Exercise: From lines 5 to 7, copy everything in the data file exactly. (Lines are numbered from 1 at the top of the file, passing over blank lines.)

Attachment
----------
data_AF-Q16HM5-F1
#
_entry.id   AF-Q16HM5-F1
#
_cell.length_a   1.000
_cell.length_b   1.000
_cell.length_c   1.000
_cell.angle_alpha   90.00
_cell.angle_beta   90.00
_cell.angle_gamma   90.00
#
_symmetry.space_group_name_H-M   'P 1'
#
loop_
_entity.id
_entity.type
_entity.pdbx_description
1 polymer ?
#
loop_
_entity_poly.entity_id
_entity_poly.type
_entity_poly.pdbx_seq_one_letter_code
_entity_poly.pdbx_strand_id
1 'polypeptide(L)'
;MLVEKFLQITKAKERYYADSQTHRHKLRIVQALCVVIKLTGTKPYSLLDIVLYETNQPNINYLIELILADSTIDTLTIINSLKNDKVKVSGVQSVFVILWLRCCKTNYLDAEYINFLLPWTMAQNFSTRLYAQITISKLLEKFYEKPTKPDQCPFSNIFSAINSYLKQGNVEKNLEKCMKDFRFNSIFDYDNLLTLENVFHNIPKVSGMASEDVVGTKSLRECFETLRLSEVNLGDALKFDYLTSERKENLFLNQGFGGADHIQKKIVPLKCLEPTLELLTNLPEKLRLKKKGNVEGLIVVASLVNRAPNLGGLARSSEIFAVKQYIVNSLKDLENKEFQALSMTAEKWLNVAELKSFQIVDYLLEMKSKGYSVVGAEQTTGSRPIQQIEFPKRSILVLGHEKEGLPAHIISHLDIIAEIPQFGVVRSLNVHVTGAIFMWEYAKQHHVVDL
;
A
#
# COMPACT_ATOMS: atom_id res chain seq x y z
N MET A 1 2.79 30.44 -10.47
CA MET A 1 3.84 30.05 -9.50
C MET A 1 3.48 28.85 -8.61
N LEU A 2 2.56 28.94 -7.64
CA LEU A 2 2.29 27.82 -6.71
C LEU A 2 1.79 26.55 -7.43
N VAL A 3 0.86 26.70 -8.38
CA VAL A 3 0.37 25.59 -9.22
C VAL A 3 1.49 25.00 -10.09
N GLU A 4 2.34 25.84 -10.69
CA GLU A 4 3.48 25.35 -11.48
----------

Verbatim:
_cell.length_a   1.000
_cell.length_b   1.000
_cell.length_c   1.000